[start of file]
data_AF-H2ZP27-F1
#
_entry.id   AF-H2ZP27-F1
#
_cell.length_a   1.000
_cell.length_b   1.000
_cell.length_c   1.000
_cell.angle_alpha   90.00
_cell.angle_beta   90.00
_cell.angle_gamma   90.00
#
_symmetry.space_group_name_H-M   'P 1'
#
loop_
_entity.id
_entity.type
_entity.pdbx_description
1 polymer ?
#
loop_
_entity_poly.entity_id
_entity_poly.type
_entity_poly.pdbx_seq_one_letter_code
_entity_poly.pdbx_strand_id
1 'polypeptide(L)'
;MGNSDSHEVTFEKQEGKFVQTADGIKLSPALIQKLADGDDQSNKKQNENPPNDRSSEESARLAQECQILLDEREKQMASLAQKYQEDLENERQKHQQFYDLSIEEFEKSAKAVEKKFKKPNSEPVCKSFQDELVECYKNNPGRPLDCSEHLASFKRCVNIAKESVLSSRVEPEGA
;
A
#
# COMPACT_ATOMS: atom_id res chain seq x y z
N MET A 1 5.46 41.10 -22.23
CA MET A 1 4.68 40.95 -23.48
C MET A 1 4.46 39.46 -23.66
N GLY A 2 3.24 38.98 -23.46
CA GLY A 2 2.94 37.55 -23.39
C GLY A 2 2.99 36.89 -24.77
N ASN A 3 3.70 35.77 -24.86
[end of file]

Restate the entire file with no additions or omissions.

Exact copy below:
data_AF-H2ZP27-F1
#
_entry.id   AF-H2ZP27-F1
#
_cell.length_a   1.000
_cell.length_b   1.000
_cell.length_c   1.000
_cell.angle_alpha   90.00
_cell.angle_beta   90.00
_cell.angle_gamma   90.00
#
_symmetry.space_group_name_H-M   'P 1'
#
loop_
_entity.id
_entity.type
_entity.pdbx_description
1 polymer ?
#
loop_
_entity_poly.entity_id
_entity_poly.type
_entity_poly.pdbx_seq_one_letter_code
_entity_poly.pdbx_strand_id
1 'polypeptide(L)'
;MGNSDSHEVTFEKQEGKFVQTADGIKLSPALIQKLADGDDQSNKKQNENPPNDRSSEESARLAQECQILLDEREKQMASLAQKYQEDLENERQKHQQFYDLSIEEFEKSAKAVEKKFKKPNSEPVCKSFQDELVECYKNNPGRPLDCSEHLASFKRCVNIAKESVLSSRVEPEGA
;
A
#
# COMPACT_ATOMS: atom_id res chain seq x y z
N MET A 1 5.46 41.10 -22.23
CA MET A 1 4.68 40.95 -23.48
C MET A 1 4.46 39.46 -23.66
N GLY A 2 3.24 38.98 -23.46
CA GLY A 2 2.94 37.55 -23.39
C GLY A 2 2.99 36.89 -24.77
N ASN A 3 3.70 35.77 -24.86